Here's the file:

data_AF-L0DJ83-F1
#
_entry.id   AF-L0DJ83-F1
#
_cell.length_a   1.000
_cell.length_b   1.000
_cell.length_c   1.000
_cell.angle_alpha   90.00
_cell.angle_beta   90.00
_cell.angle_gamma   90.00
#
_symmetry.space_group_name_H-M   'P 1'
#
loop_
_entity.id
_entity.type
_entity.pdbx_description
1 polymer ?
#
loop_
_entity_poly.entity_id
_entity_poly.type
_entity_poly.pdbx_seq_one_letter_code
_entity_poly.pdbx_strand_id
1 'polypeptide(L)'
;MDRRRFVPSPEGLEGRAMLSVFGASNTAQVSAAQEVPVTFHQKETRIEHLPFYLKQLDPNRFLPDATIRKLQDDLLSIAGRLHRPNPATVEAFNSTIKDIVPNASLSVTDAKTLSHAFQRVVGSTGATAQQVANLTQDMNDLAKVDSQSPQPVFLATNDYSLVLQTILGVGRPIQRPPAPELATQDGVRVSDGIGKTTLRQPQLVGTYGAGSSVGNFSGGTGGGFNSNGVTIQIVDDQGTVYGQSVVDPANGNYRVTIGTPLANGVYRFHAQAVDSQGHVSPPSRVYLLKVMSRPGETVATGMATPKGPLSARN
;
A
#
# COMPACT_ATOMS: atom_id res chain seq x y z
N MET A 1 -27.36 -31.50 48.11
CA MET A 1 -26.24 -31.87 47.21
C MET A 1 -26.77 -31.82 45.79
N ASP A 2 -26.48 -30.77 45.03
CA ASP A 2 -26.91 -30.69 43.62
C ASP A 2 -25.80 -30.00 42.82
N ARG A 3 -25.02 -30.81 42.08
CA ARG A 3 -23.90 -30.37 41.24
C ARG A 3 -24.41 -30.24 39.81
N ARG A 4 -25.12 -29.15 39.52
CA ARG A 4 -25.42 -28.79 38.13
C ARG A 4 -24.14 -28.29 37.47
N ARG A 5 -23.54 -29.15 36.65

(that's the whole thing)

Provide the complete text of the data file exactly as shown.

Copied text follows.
data_AF-L0DJ83-F1
#
_entry.id   AF-L0DJ83-F1
#
_cell.length_a   1.000
_cell.length_b   1.000
_cell.length_c   1.000
_cell.angle_alpha   90.00
_cell.angle_beta   90.00
_cell.angle_gamma   90.00
#
_symmetry.space_group_name_H-M   'P 1'
#
loop_
_entity.id
_entity.type
_entity.pdbx_description
1 polymer ?
#
loop_
_entity_poly.entity_id
_entity_poly.type
_entity_poly.pdbx_seq_one_letter_code
_entity_poly.pdbx_strand_id
1 'polypeptide(L)'
;MDRRRFVPSPEGLEGRAMLSVFGASNTAQVSAAQEVPVTFHQKETRIEHLPFYLKQLDPNRFLPDATIRKLQDDLLSIAGRLHRPNPATVEAFNSTIKDIVPNASLSVTDAKTLSHAFQRVVGSTGATAQQVANLTQDMNDLAKVDSQSPQPVFLATNDYSLVLQTILGVGRPIQRPPAPELATQDGVRVSDGIGKTTLRQPQLVGTYGAGSSVGNFSGGTGGGFNSNGVTIQIVDDQGTVYGQSVVDPANGNYRVTIGTPLANGVYRFHAQAVDSQGHVSPPSRVYLLKVMSRPGETVATGMATPKGPLSARN
;
A
#
# COMPACT_ATOMS: atom_id res chain seq x y z
N MET A 1 -27.36 -31.50 48.11
CA MET A 1 -26.24 -31.87 47.21
C MET A 1 -26.77 -31.82 45.79
N ASP A 2 -26.48 -30.77 45.03
CA ASP A 2 -26.91 -30.69 43.62
C ASP A 2 -25.80 -30.00 42.82
N ARG A 3 -25.02 -30.81 42.08
CA ARG A 3 -23.90 -30.37 41.24
C ARG A 3 -24.41 -30.24 39.81
N ARG A 4 -25.12 -29.15 39.52
CA ARG A 4 -25.42 -28.79 38.13
C ARG A 4 -24.14 -28.29 37.47
N ARG A 5 -23.54 -29.15 36.65